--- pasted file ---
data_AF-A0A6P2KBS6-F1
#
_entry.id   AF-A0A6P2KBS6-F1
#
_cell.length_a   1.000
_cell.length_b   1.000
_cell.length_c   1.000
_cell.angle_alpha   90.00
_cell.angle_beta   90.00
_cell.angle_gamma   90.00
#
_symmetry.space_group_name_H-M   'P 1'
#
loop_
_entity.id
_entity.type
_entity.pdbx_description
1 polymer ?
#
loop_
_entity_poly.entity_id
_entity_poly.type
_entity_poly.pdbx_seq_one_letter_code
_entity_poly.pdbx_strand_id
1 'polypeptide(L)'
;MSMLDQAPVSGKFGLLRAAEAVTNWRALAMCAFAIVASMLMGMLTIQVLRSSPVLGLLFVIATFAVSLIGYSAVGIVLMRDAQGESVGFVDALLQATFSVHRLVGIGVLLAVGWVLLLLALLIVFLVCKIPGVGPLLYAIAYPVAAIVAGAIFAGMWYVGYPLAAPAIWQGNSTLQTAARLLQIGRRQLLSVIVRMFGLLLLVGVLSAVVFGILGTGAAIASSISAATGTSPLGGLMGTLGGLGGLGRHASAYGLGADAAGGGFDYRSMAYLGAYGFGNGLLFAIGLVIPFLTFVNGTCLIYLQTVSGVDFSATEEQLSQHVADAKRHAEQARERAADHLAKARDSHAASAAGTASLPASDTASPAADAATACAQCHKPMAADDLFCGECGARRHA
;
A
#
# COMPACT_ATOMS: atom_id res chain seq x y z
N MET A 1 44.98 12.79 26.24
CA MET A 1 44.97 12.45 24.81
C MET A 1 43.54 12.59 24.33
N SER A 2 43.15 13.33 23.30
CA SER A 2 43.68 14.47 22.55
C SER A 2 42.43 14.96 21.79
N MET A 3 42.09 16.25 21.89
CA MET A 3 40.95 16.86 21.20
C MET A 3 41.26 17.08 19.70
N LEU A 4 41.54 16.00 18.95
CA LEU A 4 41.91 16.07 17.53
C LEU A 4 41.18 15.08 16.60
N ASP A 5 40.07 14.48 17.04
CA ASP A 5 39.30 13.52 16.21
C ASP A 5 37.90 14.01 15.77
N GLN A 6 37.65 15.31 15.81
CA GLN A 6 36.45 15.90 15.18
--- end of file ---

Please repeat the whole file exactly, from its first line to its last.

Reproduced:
data_AF-A0A6P2KBS6-F1
#
_entry.id   AF-A0A6P2KBS6-F1
#
_cell.length_a   1.000
_cell.length_b   1.000
_cell.length_c   1.000
_cell.angle_alpha   90.00
_cell.angle_beta   90.00
_cell.angle_gamma   90.00
#
_symmetry.space_group_name_H-M   'P 1'
#
loop_
_entity.id
_entity.type
_entity.pdbx_description
1 polymer ?
#
loop_
_entity_poly.entity_id
_entity_poly.type
_entity_poly.pdbx_seq_one_letter_code
_entity_poly.pdbx_strand_id
1 'polypeptide(L)'
;MSMLDQAPVSGKFGLLRAAEAVTNWRALAMCAFAIVASMLMGMLTIQVLRSSPVLGLLFVIATFAVSLIGYSAVGIVLMRDAQGESVGFVDALLQATFSVHRLVGIGVLLAVGWVLLLLALLIVFLVCKIPGVGPLLYAIAYPVAAIVAGAIFAGMWYVGYPLAAPAIWQGNSTLQTAARLLQIGRRQLLSVIVRMFGLLLLVGVLSAVVFGILGTGAAIASSISAATGTSPLGGLMGTLGGLGGLGRHASAYGLGADAAGGGFDYRSMAYLGAYGFGNGLLFAIGLVIPFLTFVNGTCLIYLQTVSGVDFSATEEQLSQHVADAKRHAEQARERAADHLAKARDSHAASAAGTASLPASDTASPAADAATACAQCHKPMAADDLFCGECGARRHA
;
A
#
# COMPACT_ATOMS: atom_id res chain seq x y z
N MET A 1 44.98 12.79 26.24
CA MET A 1 44.97 12.45 24.81
C MET A 1 43.54 12.59 24.33
N SER A 2 43.15 13.33 23.30
CA SER A 2 43.68 14.47 22.55
C SER A 2 42.43 14.96 21.79
N MET A 3 42.09 16.25 21.89
CA MET A 3 40.95 16.86 21.20
C MET A 3 41.26 17.08 19.70
N LEU A 4 41.54 16.00 18.95
CA LEU A 4 41.91 16.07 17.53
C LEU A 4 41.18 15.08 16.60
N ASP A 5 40.07 14.48 17.04
CA ASP A 5 39.30 13.52 16.21
C ASP A 5 37.90 14.01 15.77
N GLN A 6 37.65 15.31 15.81
CA GLN A 6 36.45 15.90 15.18